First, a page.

I hope you have an ambition. I hope you have a strong, clear, gospel ambition. Some of you are wired not to have ambitions. You don’t think in those terms at all. I want to encourage you to have one — to get one.
Take a retreat. If you’re married, ask your spouse to give you two days on the weekend. Just go away with your Bible and a notepad. Probably not your computer and not your iPad. Leave your phone at home if you can. Just your Bible and a notepad.
Get a group to pray for you while you’re away. And ask God, “Give me an ambition for the next ten years.” It might be, “I want to be the most faithful mom I can possibly be.” Or it might be, “I’m turning this neighborhood up for Jesus.” I don’t know, but God would like to meet you there. He would like to do that.
“If you don’t have an ambition for your life, you’ll just drift aimlessly until the end.”
I remember, during my years of ministry, those periodic times when I just went away. Or sometimes Noël and I went away together, and we asked God, “Lord, say anything you want about the next five or ten years. Just say anything to us. We just want to get the noise out of our heads and be available. Give us a mission.”
I remember in 1993 when our church came crashing down. We lost 230 people, didn’t grow for four years, and then we pulled a group together and said, “Let’s try to reidentify ourselves, rethink who we are, and see if we can survive.” And in the middle of that, they sent me away to a retreat center.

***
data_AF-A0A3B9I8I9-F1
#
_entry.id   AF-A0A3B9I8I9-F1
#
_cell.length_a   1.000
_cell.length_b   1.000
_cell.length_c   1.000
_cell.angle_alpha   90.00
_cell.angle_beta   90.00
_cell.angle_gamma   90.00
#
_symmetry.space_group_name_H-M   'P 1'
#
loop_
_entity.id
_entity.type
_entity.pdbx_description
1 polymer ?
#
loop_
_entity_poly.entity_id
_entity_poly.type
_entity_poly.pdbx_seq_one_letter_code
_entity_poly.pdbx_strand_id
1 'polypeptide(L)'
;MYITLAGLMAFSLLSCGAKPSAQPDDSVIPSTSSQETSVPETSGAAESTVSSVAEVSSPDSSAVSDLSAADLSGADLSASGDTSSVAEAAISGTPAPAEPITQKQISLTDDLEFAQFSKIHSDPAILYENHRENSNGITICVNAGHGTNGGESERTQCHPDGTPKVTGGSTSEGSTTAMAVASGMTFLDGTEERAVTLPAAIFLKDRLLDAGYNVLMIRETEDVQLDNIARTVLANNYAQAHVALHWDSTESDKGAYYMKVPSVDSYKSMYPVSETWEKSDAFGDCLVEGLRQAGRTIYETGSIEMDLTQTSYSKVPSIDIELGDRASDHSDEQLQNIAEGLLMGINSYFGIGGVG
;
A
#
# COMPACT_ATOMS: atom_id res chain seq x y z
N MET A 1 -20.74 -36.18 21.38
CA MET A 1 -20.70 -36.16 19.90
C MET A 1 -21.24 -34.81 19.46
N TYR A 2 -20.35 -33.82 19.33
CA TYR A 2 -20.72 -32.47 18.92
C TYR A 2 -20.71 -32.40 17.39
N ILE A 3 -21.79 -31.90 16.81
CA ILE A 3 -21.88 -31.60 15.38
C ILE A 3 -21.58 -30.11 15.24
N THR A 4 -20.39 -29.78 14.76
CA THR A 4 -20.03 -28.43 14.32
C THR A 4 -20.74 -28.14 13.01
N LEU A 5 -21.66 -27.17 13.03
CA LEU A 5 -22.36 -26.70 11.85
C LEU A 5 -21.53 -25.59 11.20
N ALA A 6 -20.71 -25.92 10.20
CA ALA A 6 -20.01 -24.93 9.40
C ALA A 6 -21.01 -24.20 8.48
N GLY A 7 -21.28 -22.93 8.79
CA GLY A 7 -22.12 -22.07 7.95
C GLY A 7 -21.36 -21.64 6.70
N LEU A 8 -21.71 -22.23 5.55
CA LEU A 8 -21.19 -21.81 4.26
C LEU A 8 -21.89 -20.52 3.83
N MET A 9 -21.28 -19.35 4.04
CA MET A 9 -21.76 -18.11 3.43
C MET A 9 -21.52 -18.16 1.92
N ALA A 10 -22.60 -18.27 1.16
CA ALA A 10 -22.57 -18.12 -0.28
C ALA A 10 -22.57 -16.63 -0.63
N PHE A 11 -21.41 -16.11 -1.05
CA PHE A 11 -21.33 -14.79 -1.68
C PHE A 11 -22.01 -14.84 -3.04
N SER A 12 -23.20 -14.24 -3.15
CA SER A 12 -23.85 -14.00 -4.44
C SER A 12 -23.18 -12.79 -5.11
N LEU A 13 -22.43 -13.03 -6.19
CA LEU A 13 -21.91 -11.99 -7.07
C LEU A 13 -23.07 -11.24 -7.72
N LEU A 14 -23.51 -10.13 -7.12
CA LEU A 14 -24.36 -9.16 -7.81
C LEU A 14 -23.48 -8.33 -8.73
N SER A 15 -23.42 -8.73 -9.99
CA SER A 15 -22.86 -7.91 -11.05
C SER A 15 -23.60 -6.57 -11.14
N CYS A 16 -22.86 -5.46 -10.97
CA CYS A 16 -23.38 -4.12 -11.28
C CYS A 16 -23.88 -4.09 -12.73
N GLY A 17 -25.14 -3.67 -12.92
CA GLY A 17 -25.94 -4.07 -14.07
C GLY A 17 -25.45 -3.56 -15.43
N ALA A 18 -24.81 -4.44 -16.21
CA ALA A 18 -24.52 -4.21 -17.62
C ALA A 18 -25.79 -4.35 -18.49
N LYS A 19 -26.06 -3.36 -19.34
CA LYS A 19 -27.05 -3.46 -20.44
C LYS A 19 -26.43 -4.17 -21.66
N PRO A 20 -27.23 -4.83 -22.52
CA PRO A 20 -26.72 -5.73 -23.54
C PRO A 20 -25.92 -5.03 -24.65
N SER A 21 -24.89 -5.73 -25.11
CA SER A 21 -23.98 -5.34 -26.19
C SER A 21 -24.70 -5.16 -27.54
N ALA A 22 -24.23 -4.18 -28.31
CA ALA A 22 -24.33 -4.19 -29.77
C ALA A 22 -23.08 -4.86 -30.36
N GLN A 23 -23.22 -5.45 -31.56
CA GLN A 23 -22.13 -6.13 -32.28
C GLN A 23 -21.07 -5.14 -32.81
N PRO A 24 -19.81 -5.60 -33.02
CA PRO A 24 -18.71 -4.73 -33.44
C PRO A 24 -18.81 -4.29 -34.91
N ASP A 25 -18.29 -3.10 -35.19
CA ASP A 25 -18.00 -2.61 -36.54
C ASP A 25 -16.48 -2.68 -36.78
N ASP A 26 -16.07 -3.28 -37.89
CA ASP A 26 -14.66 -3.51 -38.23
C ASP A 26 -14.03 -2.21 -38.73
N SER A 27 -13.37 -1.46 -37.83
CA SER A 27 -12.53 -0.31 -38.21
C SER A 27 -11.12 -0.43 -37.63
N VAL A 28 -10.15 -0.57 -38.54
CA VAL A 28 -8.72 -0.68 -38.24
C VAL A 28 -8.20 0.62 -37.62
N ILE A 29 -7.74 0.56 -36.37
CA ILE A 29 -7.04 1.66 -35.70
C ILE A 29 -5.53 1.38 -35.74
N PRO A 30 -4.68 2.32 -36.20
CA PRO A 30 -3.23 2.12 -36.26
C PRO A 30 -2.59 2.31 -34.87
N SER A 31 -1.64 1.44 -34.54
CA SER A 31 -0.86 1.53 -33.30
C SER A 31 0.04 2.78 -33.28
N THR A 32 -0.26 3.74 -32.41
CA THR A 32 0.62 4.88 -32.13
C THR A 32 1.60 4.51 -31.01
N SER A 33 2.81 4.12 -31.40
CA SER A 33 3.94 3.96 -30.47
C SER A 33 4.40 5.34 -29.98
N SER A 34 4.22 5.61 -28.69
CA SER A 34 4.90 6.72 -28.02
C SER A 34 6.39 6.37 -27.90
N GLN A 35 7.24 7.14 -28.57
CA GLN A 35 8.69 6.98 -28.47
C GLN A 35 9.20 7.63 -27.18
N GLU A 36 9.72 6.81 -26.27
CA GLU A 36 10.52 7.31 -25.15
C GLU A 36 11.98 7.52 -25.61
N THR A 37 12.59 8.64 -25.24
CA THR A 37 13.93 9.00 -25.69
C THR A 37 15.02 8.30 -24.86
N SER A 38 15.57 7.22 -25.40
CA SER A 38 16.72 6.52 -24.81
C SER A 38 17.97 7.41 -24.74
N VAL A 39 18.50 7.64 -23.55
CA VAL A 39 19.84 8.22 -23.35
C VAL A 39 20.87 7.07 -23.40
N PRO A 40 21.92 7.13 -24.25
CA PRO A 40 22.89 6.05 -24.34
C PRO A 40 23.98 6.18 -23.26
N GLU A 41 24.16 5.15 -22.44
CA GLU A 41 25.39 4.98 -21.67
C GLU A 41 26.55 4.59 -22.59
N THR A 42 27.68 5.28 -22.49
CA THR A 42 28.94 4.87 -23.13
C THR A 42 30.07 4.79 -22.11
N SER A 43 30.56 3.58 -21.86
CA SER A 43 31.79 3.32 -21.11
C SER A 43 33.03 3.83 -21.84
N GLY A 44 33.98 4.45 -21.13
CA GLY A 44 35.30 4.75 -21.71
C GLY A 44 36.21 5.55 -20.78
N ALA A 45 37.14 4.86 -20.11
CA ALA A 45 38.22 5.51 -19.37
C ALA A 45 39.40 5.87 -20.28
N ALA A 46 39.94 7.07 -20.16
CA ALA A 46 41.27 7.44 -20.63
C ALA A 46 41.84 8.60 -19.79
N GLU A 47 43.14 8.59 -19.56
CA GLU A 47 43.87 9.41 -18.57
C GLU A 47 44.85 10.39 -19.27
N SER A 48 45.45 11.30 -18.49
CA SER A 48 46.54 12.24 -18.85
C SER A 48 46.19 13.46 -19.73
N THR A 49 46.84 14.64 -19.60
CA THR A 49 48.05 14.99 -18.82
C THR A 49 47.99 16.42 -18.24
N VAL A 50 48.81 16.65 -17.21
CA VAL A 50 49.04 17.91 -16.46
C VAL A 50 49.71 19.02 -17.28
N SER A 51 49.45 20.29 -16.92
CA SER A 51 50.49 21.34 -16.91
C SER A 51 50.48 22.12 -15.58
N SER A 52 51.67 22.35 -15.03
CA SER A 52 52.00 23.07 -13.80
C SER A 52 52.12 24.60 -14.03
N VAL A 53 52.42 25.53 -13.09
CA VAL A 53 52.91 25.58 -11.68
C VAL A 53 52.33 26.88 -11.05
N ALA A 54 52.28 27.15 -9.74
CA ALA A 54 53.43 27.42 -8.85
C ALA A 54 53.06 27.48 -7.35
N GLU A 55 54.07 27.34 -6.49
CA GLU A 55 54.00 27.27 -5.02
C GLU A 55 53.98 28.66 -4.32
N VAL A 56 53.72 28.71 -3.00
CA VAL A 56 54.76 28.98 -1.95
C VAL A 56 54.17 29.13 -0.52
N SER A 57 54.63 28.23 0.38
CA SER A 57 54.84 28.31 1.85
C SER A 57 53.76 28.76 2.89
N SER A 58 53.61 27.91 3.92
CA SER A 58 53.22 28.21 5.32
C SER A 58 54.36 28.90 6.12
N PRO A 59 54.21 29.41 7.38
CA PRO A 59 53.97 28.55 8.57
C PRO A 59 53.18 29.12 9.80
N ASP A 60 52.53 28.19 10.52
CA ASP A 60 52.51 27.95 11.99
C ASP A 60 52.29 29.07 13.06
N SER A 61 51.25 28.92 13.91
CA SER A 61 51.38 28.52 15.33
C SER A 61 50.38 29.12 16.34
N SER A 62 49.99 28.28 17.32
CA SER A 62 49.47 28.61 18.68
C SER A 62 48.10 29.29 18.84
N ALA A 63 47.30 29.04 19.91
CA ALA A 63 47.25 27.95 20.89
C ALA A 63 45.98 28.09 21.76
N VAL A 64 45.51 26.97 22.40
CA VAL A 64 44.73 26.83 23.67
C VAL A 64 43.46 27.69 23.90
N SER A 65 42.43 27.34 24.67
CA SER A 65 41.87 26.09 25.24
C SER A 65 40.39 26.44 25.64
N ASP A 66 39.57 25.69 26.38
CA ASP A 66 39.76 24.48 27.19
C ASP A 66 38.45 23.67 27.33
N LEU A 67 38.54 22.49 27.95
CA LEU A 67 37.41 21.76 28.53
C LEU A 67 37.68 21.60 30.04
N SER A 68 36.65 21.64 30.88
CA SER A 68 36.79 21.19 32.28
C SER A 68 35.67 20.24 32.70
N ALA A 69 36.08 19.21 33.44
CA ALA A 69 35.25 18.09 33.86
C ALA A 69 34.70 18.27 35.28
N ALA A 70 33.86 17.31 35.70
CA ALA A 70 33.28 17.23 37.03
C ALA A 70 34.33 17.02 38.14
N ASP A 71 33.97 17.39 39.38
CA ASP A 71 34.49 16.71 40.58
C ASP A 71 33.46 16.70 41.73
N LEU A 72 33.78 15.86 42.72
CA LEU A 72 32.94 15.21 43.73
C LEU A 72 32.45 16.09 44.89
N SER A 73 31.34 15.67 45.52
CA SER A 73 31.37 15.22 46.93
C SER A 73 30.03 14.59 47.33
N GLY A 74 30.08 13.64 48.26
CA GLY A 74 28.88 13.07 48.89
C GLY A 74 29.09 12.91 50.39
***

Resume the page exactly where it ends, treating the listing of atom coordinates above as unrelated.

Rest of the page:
I went to St. Paul, and I rented a room for two days in a Catholic monastery over there in St. Paul. They said, “You come back with a mission for this church.” And now it’s on the walls of our church. I said, “God, I need an ambition.” After about 36 hours, my ambition was and is
I exist to spread a passion for the supremacy of God in all things, for the joy of all peoples, through Jesus Christ.
Find yours. Write it on a piece of paper and put it in your wallet or your purse, and then remind yourself why you exist, because if you don’t have an ambition or something like it, you know what? You coast. You drift. You just drift in life. You get up in the morning, you just do the next thing, and you drift. Paul wrote,
Look carefully then how you walk, not as unwise but as wise, redeeming the time, because the days are evil. (Ephesians 5:15–16)
He didn’t mean drift. Redeeming. You see a day, you see an hour, you see a week, you see a decade, and you buy it for your ambition — your God-given ambition that he gave you when you took your retreat exactly for that purpose.
Read, watch, or listen to the full message: